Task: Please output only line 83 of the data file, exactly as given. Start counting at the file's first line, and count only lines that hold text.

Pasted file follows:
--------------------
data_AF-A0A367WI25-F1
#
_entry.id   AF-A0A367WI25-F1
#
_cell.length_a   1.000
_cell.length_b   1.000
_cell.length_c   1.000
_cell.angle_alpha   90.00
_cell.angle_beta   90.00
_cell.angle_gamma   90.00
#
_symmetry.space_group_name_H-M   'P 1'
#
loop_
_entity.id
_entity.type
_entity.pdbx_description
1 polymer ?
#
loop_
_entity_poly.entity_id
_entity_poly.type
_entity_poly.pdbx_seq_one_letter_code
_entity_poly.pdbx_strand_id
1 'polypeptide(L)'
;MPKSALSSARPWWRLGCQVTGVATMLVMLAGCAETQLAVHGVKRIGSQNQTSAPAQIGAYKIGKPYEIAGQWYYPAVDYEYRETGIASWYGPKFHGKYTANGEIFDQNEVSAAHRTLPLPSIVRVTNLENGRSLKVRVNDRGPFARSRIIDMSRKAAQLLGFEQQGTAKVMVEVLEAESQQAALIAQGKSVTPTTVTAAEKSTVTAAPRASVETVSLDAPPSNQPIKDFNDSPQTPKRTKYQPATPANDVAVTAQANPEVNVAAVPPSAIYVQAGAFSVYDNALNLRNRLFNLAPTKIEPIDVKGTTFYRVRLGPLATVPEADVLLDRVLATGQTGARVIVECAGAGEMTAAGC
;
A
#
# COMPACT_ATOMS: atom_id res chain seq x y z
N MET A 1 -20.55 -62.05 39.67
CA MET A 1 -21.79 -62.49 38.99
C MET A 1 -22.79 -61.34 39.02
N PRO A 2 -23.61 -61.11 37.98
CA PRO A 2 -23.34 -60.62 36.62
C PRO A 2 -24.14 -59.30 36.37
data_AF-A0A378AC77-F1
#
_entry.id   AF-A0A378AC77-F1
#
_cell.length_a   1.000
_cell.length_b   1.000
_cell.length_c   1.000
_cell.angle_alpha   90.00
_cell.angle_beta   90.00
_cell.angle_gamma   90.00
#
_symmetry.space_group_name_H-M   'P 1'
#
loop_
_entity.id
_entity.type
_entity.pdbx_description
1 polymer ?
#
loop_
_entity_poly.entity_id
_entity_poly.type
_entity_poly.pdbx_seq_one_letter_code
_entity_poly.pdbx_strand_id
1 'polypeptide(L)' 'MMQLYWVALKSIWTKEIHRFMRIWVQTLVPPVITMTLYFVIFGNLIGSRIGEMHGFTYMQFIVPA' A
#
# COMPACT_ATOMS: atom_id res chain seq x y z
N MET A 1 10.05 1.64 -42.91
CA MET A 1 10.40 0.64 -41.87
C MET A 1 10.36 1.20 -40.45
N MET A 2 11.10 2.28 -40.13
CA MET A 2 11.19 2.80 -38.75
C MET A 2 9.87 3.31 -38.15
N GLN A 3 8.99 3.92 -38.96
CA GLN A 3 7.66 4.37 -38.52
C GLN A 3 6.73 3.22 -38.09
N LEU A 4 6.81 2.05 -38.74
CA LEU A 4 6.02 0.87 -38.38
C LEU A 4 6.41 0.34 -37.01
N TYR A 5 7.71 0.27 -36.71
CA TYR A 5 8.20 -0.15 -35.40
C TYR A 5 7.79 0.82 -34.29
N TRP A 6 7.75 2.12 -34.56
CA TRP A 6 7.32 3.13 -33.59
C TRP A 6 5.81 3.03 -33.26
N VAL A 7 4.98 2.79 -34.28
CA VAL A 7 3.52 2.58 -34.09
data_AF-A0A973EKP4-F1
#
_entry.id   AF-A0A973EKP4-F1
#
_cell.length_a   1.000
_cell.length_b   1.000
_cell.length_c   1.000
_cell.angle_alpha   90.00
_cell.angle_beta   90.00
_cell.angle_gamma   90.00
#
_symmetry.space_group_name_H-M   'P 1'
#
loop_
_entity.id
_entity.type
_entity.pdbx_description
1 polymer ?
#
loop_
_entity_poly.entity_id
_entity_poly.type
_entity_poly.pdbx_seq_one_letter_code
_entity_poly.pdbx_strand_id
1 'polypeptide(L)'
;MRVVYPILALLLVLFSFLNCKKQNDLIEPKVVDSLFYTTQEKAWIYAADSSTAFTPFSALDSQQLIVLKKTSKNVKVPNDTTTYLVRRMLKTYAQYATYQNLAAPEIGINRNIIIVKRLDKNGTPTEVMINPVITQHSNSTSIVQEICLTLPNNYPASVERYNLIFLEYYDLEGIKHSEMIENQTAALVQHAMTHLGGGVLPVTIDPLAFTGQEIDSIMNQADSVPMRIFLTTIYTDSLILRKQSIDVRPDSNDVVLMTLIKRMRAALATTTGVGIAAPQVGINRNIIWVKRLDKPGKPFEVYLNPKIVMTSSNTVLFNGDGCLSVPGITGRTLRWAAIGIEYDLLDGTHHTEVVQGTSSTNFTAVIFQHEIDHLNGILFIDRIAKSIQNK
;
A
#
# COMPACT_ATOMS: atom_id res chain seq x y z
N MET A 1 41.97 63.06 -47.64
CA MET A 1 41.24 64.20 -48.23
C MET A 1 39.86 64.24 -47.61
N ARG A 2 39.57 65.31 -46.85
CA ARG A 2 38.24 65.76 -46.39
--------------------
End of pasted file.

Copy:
CA VAL A 7 3.52 2.58 -34.09